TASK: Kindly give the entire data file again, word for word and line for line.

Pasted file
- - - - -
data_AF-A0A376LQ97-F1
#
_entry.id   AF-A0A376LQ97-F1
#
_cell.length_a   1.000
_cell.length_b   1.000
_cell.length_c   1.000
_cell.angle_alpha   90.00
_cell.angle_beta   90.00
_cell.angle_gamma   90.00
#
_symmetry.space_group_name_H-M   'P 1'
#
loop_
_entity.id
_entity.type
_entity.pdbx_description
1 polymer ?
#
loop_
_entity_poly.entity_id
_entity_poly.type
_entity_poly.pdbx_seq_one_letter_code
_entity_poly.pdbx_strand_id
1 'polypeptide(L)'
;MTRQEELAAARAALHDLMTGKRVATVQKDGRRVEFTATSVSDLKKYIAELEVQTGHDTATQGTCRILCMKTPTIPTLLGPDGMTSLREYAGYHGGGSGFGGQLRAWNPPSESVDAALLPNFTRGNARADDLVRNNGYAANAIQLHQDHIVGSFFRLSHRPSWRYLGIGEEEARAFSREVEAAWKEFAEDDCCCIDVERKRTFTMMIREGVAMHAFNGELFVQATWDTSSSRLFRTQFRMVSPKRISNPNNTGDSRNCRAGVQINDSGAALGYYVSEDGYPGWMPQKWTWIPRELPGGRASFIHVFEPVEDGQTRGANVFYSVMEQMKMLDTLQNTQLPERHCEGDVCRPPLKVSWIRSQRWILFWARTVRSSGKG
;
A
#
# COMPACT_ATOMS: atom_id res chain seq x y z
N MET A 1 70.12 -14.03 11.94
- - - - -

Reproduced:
data_AF-A0A376LQ97-F1
#
_entry.id   AF-A0A376LQ97-F1
#
_cell.length_a   1.000
_cell.length_b   1.000
_cell.length_c   1.000
_cell.angle_alpha   90.00
_cell.angle_beta   90.00
_cell.angle_gamma   90.00
#
_symmetry.space_group_name_H-M   'P 1'
#
loop_
_entity.id
_entity.type
_entity.pdbx_description
1 polymer ?
#
loop_
_entity_poly.entity_id
_entity_poly.type
_entity_poly.pdbx_seq_one_letter_code
_entity_poly.pdbx_strand_id
1 'polypeptide(L)'
;MTRQEELAAARAALHDLMTGKRVATVQKDGRRVEFTATSVSDLKKYIAELEVQTGHDTATQGTCRILCMKTPTIPTLLGPDGMTSLREYAGYHGGGSGFGGQLRAWNPPSESVDAALLPNFTRGNARADDLVRNNGYAANAIQLHQDHIVGSFFRLSHRPSWRYLGIGEEEARAFSREVEAAWKEFAEDDCCCIDVERKRTFTMMIREGVAMHAFNGELFVQATWDTSSSRLFRTQFRMVSPKRISNPNNTGDSRNCRAGVQINDSGAALGYYVSEDGYPGWMPQKWTWIPRELPGGRASFIHVFEPVEDGQTRGANVFYSVMEQMKMLDTLQNTQLPERHCEGDVCRPPLKVSWIRSQRWILFWARTVRSSGKG
;
A
#
# COMPACT_ATOMS: atom_id res chain seq x y z
N MET A 1 70.12 -14.03 11.94